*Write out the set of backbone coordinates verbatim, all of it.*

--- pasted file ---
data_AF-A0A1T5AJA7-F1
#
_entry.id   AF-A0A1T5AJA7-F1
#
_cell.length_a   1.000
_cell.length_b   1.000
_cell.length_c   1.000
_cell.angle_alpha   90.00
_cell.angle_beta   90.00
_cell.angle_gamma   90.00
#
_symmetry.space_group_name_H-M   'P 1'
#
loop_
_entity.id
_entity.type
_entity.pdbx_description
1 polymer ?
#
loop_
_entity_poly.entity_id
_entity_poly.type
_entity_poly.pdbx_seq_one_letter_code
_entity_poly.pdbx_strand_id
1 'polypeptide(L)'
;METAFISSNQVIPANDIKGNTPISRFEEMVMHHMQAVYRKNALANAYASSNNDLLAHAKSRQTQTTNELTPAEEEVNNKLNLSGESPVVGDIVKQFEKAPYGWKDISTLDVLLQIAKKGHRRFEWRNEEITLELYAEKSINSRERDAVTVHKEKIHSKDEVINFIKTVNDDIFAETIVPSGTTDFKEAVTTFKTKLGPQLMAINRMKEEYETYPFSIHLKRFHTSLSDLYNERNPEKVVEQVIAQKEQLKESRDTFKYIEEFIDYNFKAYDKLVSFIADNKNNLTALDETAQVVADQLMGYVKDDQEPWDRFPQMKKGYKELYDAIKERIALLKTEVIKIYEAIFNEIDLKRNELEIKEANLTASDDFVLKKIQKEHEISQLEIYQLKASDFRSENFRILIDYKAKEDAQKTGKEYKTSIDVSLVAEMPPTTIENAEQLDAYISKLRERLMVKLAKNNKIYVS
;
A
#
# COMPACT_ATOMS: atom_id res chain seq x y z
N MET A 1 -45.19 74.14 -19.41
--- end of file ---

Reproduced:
data_AF-A0A1T5AJA7-F1
#
_entry.id   AF-A0A1T5AJA7-F1
#
_cell.length_a   1.000
_cell.length_b   1.000
_cell.length_c   1.000
_cell.angle_alpha   90.00
_cell.angle_beta   90.00
_cell.angle_gamma   90.00
#
_symmetry.space_group_name_H-M   'P 1'
#
loop_
_entity.id
_entity.type
_entity.pdbx_description
1 polymer ?
#
loop_
_entity_poly.entity_id
_entity_poly.type
_entity_poly.pdbx_seq_one_letter_code
_entity_poly.pdbx_strand_id
1 'polypeptide(L)'
;METAFISSNQVIPANDIKGNTPISRFEEMVMHHMQAVYRKNALANAYASSNNDLLAHAKSRQTQTTNELTPAEEEVNNKLNLSGESPVVGDIVKQFEKAPYGWKDISTLDVLLQIAKKGHRRFEWRNEEITLELYAEKSINSRERDAVTVHKEKIHSKDEVINFIKTVNDDIFAETIVPSGTTDFKEAVTTFKTKLGPQLMAINRMKEEYETYPFSIHLKRFHTSLSDLYNERNPEKVVEQVIAQKEQLKESRDTFKYIEEFIDYNFKAYDKLVSFIADNKNNLTALDETAQVVADQLMGYVKDDQEPWDRFPQMKKGYKELYDAIKERIALLKTEVIKIYEAIFNEIDLKRNELEIKEANLTASDDFVLKKIQKEHEISQLEIYQLKASDFRSENFRILIDYKAKEDAQKTGKEYKTSIDVSLVAEMPPTTIENAEQLDAYISKLRERLMVKLAKNNKIYVS
;
A
#
# COMPACT_ATOMS: atom_id res chain seq x y z
N MET A 1 -45.19 74.14 -19.41